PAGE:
An example is my recent discovery of Hazel for Mac. Hazel is a cool, no, wicked cool, app that runs as a system preference in the OS X operating system. You can find it at www.noodlesoft.com/hazel.php. I forget exactly what manner of mental foraging I was engaged in when I stumbled upon it, but once i read about its cool ass capabilities, I had to install it on my system. (The pendulum had reached the raggedy edge of Serendipity and was about to swing wildly in the direction of Mastery’s raggedy edge.) Go ahead, intrepid Mac geek, get you some! They offer a free 14 day trial. What are you waiting for?

Hazel monitors a folder in your file system and then performs actions on the files it contains or that show up there. It comes loaded with some example folder/action pairs to try out. An obvious folder is the Downloads folder where all the cruft that you and I download from the world wide web (Serendipity Nirvana) gets dumped. This folder of digital shit is like my house. Stuff just accumulates there and gets left where it sits. Enter Hazel. This app can sort all the files by type (and even create sub-folders of that type), delete the files that have been there for an amount of time I determine, move the files to appropriate other folders, etc.. Very cool indeed! But wait, that’s not all…

While grokking out on all of its basic functionality, I started looking at all of the links on the Noodlesoft “Buzz” web page (www.noodlesoft/buzz.php)  for ideas and examples of what other geek types were doing with Hazel. I found an amazing, though not exactly cheap, video tutorial by a guy with a great German accent named Andreas Zeitel. If you’re interested you can find the tutorial here: www.macosxscreencasts.com/tutorial/hazel-tutorial. Anyways, midways thru the tutorial, Andreas has shown an example action that Hazel can perform which invokes an imbedded AppleScript to grab any file with file extension .PDF living in a folder called toEvernote and auto-magically opens the Evernote desktop app and send said file to Evernote as a new note. Cool, eh? I had to do that of course because by now, I’ve…just…got …to …tackle …all…Hazel…can…possibly…do!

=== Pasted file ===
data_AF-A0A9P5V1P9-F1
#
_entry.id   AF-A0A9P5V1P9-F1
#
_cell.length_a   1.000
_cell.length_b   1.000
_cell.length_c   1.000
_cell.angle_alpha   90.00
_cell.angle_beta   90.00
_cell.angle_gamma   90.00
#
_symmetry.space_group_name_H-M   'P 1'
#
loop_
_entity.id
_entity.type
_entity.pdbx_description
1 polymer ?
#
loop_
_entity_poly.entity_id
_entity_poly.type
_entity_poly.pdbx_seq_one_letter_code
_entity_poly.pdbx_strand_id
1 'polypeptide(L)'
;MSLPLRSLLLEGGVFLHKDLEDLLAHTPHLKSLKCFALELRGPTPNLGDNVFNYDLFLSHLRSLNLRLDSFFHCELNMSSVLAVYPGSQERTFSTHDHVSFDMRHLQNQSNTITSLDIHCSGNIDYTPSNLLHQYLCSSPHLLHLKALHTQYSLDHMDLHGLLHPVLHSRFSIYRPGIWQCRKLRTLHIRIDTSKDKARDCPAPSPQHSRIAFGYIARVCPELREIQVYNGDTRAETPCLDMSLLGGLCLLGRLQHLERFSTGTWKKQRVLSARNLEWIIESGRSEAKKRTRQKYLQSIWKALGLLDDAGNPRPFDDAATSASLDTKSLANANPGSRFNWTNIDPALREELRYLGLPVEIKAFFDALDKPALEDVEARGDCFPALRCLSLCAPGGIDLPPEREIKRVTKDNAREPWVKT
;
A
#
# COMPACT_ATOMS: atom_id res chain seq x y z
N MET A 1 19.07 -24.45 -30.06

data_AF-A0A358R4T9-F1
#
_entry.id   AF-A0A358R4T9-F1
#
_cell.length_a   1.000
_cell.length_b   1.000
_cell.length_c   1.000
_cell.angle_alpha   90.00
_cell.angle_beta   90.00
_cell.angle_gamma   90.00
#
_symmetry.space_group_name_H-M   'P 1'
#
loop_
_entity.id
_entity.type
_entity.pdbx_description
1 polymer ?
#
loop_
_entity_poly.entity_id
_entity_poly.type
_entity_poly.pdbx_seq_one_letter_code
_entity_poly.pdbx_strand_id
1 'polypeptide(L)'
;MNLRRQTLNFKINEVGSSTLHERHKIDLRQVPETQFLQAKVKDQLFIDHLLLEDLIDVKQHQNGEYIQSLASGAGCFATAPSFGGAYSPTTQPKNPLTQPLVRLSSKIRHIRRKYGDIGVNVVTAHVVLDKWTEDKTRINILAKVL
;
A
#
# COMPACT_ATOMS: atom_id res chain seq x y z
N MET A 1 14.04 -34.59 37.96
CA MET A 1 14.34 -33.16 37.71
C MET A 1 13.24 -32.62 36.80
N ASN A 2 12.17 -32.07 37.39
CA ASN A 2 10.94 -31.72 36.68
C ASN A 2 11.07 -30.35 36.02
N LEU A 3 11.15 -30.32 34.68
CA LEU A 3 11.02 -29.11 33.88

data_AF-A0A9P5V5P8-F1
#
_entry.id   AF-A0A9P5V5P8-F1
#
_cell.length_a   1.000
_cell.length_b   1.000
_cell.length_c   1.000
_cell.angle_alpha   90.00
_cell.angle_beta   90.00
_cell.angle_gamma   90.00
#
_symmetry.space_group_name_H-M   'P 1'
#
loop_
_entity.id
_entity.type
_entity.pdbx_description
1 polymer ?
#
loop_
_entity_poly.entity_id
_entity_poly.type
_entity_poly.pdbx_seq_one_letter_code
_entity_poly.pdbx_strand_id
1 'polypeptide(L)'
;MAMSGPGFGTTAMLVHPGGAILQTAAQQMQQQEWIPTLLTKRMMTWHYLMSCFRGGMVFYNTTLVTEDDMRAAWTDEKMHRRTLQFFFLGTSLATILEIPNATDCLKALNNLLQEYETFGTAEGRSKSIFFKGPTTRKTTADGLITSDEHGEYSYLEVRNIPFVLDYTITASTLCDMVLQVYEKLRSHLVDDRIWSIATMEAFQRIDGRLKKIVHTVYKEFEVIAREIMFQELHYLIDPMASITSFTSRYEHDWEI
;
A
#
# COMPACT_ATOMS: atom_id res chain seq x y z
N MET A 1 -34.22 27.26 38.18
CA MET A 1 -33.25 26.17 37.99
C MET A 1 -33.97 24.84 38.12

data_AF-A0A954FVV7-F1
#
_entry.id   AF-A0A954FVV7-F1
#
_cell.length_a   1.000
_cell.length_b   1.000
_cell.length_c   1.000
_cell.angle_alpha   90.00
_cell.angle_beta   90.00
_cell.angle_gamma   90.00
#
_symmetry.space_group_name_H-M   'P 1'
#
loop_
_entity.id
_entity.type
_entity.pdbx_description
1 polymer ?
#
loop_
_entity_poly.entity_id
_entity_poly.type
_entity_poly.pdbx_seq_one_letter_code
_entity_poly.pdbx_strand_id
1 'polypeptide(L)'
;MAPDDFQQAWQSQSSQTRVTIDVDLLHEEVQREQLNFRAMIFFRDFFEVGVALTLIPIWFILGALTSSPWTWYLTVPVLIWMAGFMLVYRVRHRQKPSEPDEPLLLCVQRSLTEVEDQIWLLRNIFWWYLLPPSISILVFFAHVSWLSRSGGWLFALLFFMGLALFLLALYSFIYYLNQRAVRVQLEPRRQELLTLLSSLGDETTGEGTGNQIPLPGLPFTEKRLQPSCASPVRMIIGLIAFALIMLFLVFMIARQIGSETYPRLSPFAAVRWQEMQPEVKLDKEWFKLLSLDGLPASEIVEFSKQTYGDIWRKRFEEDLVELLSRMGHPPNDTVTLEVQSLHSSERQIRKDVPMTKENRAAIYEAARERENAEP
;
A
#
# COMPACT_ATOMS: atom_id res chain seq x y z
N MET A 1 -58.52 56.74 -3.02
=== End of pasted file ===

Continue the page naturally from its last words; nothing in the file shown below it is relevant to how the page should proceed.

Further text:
I’m engrossed. No, addicted! I’m like the guy that has had a jones for coke for a month and then when he finds some he can’t possibly spread it out over say, a weekend, rather, he snorts all of it, ALL of it by the end of the first damn night.

At the end of Andreas’ tutorial, he gives an example of how one can set up Hazel to automatically open web pages you’ve been browsing on your iOS device. That way, when you get home to your mothership Mac, it will be displaying the very web page(s) your were browsing while your significant other was in the dressing room at Marshalls.

It involves Dropbox (www.dropbox.com/home), and creating a “Send to Dropbox” account (https://sendtodropbox.com), and creating a new user in your AddressBook with that handle so you can email files with web page URLs to a new folder created in your Dropbox account, and finally, a wicked cool, imbedded ruby script.

Keep up with me, now. I’m comfortable with Unix. I can write some basic shell scripts. The word “metadata” doesn’t scare me. I can even bullshit my way around a conversation involving Apache, or Postgresql, or php. I’ve installed Ruby and Rails on my system, but I’m not that guy that just uses ruby every day like typing a text message. And this damn action in Hazel using the ruby script just won’t work! I’m stymied. Do I give up? Do I count my blessings? Do I thank the coding gods out there who have created such Hazel and Dropbox goodness for me to enjoy? NO! Hell to the NO! I have to FIX it!

I get so engrossed on something at the raggedy edge of Mastery (I have to keep calling it that to avoid the obvious truth that really I have major OCD tendencies) that I even dream about whatever it is I’m captivated by. So yes, I dreamed of Hazel, and /usr/bin/ruby, and folder actions, until the next morning I woke up and just emailed Andreas Zeitel to tell him how much I’d enjoyed his video tutorial and how much I’d learned, but there was the one little, bitsy problem with my ruby script, and if he would be so kind, and if he had the time, could he possibly take…a…look?

I’ll be damned. Andreas is good people! He sent two different replies detailing possible problems with my script. One involved ruby’s reluctance, er, refusal to recognize “smart quotes” in any script. When that didn’t work, he just sent me a link to a page where I could just freaking copy and paste that mother of a script into my own little Hazel action world. Joy! It all worked! And it was the seventh day, and I could rest from my labors. Ha!

On to the next discovery…the pendulum is swinging back.